# Why does Fulton's Intersection Theory define $x \cdot_f y$ in this way?

His definition 8.1.1: Let $f:X\rightarrow Y$ be a morphism, with $Y$ non-singular of dimension $n.$ Let $p_X: X' \rightarrow X$, $p_Y: Y' \rightarrow Y$ be morphisms of schemes $X',Y'$ to $X$ and $Y$ respectively, and let $x \in A_kX', y \in A_lY'.$ Form the fiber square (notes: products without subscripts are over Spec $k$. $\gamma_f$ is the graph morphism of $f$.)

$$\begin{array}{rcl}X'\times_Y Y' & \to & X'\times Y' \\ \downarrow & & \downarrow {\scriptsize p_x \times p_y} \\ X & \stackrel{\gamma_f}{\to} & X\times Y\end{array}$$ And define $x \cdot_f y$ by $\gamma_f^!(x \times y).$

It seems to me that the $X$ here is completely unnecessary, and that the desired cycle class depends only on the morphism $f \circ p_X$: Form the commutative diagram $$\begin{array}{rcl}X'\times_Y Y' & \to & X'\times Y' \\ \downarrow & & \downarrow {\scriptsize p_x \times p_y} \\ X & \stackrel{\gamma_f}{\to} & X\times Y \\ \downarrow & & \downarrow \\ Y & \stackrel{\delta_Y}\to & Y \times Y\end{array}$$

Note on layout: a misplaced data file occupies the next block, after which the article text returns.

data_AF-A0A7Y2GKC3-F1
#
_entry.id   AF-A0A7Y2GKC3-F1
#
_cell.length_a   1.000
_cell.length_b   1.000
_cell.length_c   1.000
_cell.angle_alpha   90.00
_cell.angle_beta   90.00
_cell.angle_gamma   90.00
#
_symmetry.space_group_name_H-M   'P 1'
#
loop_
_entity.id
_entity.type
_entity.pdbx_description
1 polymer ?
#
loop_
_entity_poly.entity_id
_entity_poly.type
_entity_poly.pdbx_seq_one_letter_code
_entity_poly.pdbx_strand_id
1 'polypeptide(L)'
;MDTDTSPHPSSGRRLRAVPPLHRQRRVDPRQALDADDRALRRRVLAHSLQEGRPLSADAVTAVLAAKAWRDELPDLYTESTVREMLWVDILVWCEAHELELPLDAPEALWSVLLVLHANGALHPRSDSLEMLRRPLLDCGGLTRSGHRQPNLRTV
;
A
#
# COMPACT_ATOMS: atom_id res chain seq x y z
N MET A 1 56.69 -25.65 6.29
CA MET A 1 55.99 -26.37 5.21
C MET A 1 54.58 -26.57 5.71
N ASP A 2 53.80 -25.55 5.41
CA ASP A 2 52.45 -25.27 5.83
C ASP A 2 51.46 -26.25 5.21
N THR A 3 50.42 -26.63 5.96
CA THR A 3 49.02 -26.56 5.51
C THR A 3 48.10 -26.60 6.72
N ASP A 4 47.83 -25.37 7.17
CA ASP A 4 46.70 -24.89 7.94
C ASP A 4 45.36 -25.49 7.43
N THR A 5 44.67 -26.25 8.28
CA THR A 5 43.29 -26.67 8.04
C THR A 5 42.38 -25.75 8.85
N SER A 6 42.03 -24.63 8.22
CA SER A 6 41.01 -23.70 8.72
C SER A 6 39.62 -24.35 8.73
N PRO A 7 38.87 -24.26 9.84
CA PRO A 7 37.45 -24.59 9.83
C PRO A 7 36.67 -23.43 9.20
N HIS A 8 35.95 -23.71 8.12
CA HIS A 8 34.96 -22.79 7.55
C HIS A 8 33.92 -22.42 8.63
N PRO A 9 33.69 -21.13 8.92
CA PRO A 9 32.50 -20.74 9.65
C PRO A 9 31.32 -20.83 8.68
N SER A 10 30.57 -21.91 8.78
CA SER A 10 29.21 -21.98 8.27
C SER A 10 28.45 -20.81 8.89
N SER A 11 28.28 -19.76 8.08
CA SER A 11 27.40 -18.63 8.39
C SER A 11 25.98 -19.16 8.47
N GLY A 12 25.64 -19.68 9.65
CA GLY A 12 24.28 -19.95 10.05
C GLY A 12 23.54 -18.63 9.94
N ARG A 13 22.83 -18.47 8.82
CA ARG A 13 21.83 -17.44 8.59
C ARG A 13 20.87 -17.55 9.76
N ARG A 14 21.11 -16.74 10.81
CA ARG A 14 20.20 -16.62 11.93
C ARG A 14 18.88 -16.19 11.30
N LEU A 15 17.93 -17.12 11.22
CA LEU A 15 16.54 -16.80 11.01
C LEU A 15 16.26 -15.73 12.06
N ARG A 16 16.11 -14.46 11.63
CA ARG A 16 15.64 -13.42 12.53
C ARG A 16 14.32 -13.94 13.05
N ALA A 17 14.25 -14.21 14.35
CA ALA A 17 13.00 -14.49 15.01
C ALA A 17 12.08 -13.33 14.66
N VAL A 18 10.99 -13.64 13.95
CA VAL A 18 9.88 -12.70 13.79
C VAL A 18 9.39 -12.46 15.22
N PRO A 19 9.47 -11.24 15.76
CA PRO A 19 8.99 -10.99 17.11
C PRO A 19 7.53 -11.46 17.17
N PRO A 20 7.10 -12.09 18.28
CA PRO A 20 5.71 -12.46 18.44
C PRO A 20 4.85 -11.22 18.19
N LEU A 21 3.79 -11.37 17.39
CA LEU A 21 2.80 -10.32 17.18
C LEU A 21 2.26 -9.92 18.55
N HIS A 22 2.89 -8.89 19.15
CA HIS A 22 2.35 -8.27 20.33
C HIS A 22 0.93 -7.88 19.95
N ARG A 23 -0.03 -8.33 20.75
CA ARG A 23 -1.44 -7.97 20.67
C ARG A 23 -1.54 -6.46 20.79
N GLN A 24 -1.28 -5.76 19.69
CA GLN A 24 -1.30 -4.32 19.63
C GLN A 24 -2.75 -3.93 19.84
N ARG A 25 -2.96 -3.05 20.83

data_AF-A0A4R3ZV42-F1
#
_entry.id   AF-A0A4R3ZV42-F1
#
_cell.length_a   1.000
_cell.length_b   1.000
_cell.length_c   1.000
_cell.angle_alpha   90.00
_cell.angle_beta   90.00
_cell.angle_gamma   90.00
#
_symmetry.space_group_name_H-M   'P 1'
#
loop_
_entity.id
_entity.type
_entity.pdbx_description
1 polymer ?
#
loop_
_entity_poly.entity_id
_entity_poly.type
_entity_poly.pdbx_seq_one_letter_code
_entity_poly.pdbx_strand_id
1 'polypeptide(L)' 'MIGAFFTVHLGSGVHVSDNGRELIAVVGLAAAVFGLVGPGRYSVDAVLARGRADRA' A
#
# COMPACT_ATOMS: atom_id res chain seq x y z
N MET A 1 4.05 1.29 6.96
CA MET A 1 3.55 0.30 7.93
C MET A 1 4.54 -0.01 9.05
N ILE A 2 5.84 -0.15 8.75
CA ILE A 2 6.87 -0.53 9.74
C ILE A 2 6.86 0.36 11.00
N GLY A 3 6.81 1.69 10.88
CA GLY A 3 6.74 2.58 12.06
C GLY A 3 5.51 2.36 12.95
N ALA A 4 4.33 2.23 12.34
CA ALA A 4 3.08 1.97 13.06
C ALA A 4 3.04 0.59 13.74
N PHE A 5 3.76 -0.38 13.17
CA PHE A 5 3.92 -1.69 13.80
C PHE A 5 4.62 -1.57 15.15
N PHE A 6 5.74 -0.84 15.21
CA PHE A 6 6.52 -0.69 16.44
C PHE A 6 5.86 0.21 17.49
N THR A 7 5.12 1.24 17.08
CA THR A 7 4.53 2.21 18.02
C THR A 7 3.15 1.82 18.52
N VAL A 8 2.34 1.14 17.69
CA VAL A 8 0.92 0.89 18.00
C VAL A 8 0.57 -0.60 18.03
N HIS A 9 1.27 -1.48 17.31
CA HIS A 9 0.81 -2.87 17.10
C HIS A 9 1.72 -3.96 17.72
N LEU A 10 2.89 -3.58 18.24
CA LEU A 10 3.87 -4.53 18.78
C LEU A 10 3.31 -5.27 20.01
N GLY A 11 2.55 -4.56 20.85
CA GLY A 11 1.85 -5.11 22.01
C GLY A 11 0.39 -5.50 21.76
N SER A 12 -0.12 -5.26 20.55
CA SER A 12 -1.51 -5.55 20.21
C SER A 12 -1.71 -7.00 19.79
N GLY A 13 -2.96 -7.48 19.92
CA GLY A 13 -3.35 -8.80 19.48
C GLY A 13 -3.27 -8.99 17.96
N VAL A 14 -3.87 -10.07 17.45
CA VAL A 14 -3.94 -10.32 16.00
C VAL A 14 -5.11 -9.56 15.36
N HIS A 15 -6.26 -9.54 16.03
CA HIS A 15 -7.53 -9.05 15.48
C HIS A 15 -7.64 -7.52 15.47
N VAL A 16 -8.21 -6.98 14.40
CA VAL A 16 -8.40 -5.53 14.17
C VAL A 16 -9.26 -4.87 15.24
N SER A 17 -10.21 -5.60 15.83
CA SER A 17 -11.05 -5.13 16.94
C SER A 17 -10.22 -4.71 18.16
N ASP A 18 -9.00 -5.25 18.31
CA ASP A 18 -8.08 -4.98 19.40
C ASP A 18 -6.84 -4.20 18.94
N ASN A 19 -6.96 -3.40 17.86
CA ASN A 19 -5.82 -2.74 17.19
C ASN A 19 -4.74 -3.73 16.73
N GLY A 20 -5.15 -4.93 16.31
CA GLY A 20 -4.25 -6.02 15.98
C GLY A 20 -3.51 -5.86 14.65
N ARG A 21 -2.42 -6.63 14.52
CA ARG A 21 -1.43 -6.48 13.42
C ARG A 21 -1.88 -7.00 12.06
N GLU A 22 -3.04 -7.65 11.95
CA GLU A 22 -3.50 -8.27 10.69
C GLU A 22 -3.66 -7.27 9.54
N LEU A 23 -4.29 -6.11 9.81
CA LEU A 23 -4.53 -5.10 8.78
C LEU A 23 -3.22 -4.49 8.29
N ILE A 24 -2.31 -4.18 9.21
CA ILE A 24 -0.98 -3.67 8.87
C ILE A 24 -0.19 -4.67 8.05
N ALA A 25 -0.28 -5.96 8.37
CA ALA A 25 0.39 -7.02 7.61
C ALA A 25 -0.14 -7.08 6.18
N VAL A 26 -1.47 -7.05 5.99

Then, as $Y$ is smooth, both the second and the third row are regular imbeddings of relative dimension equal to the dimension of $Y$, so the excess intersection formula gives us $\gamma_f^!(x\times y) = \delta_Y^!(x\times y),$ and $\delta_Y^!(x \times y)$ doesn't depend on $X$ at all, only on the morphism $f \circ p_X.$

Am I doing something wrong? If not, why introduce the $X$ if it doesn't actually do anything?

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